Centralized Statistical Monitoring Tools in Trial Conduct

Chair: Rakhi Kilaru (PPD)
Vice Chair: Colleen Russell (Parexel)

Speaker: Tim Rolfe (GSK)
Title: Harnessing the power of centralized statistical monitoring in trial conduct
Abstract: The centralised statistical monitoring and quality tolerance limits (CSM/QTL) special interest group are assembling collaborative approaches to centralized monitoring that adapt to study design and data sources, is resilient to environmental disruptions and uses a combination of statistical monitoring techniques and visualizations to drive an efficient monitoring strategy resulting in tangible benefits to quality and resources. Environmental disruptions such as the COVID-19 pandemic and the Ukraine crisis caused many challenges for clinical trials. On-site source data verification (SDV) in multicenter clinical trials became difficult due to travel bans and social distancing resulting in a fundamental shift from the traditional on-site monitoring paradigm to one more inclusive of CSM.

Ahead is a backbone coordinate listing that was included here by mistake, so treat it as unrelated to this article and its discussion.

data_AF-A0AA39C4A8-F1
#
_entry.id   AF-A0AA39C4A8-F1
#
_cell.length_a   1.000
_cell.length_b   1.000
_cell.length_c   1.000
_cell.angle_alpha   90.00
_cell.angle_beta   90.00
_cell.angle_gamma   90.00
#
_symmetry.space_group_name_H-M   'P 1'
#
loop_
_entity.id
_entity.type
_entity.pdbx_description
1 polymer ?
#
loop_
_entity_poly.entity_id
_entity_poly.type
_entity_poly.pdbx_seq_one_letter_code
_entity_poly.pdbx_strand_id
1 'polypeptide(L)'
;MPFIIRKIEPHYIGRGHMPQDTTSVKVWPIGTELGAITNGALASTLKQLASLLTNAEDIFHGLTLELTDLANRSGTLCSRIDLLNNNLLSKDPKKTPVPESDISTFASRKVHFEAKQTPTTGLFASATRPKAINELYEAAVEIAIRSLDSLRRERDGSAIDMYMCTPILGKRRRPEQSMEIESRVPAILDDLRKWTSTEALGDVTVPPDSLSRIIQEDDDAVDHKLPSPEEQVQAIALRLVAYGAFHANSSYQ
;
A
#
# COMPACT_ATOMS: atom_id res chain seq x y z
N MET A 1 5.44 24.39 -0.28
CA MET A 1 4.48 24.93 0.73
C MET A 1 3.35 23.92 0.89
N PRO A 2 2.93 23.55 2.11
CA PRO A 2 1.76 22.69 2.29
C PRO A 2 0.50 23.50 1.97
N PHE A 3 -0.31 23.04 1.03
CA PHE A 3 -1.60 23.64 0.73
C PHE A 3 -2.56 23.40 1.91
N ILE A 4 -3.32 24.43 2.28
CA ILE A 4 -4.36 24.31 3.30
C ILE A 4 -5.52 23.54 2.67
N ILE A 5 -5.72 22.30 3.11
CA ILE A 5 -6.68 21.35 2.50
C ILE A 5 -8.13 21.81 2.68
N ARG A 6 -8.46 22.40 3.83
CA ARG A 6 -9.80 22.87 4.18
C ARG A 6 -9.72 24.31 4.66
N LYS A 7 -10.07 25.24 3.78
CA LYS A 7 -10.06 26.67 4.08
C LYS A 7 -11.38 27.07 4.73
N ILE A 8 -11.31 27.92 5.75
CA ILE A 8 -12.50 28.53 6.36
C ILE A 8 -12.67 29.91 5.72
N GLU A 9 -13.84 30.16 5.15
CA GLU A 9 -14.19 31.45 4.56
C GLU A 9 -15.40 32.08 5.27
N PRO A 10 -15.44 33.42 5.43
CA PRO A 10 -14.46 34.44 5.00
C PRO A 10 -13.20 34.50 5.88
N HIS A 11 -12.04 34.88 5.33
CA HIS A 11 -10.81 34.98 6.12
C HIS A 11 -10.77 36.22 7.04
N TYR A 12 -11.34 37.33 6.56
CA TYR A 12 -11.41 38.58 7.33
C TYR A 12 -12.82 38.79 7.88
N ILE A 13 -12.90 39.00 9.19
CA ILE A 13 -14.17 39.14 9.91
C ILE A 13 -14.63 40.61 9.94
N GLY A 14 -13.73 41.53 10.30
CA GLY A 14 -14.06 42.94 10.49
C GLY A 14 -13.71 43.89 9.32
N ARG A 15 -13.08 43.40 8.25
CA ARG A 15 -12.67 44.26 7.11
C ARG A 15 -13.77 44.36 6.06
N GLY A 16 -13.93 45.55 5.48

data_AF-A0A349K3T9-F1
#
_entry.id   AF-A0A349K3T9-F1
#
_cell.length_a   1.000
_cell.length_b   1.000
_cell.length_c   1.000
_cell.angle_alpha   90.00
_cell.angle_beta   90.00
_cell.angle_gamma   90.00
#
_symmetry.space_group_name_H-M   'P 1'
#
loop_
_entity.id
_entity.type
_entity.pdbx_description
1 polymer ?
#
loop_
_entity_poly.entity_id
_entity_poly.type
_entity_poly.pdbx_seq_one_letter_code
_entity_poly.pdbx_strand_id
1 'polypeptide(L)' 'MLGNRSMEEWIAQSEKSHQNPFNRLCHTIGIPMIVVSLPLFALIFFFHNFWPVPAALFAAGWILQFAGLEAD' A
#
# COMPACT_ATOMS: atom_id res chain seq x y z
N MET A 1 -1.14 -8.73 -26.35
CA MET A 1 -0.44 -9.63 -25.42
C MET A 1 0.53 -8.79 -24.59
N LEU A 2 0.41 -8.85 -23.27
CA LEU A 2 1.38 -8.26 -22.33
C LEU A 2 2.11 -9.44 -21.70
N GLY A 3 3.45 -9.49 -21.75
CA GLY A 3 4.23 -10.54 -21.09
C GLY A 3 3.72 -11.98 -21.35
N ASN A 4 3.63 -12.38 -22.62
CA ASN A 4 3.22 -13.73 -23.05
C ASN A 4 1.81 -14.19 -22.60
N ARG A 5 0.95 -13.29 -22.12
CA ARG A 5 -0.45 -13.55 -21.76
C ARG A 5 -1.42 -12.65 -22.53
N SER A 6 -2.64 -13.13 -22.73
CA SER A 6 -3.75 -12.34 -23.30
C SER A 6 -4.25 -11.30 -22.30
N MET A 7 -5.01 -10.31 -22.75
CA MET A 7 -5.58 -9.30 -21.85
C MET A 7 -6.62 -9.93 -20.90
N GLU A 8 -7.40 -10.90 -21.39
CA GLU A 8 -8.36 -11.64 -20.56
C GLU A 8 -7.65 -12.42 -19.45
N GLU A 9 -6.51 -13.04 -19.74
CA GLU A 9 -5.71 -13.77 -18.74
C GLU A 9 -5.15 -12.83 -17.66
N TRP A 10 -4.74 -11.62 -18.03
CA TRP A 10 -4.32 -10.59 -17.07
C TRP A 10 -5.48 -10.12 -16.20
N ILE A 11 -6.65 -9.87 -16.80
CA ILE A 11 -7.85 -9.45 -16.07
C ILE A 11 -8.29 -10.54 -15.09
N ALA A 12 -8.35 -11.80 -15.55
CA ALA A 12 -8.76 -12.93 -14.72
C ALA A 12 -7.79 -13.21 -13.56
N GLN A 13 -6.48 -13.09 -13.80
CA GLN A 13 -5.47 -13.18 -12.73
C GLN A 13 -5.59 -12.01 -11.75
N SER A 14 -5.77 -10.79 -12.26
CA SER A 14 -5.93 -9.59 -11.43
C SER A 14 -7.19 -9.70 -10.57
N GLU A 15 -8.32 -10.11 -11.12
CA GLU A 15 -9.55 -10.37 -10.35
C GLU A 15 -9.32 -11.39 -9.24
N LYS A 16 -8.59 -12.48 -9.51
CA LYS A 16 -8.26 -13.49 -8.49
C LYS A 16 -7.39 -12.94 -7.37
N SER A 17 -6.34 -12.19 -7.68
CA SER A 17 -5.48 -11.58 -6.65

Commonly used on-site monitoring techniques are not optimal in finding data fabrication, tampering, non-random data distributions, scientific incompatibility between key measures of interest etc. with the greatest potential for jeopardizing the validity of study results. Quality tolerance limits (ICH E6 R2) are used to proactively control systematic risk to factors critical to quality.  QTLs combined with statistical monitoring techniques reduce spending on inefficient on-site monitoring practices, resulting in diverting resources to increase sample size or conduct more trials.

Complementary to Quality by Design (QbD) principles, this talk will provide the framework for risk assessment and identification of relevant data and information deemed critical for quality tolerance limits and centralized statistical monitoring. Examples of studies using CSM and QTLs will be shared, with recommendations on how to best harness the power of statistical monitoring tools in post pandemic trial conduct to better manage risks and achieve targeted actions.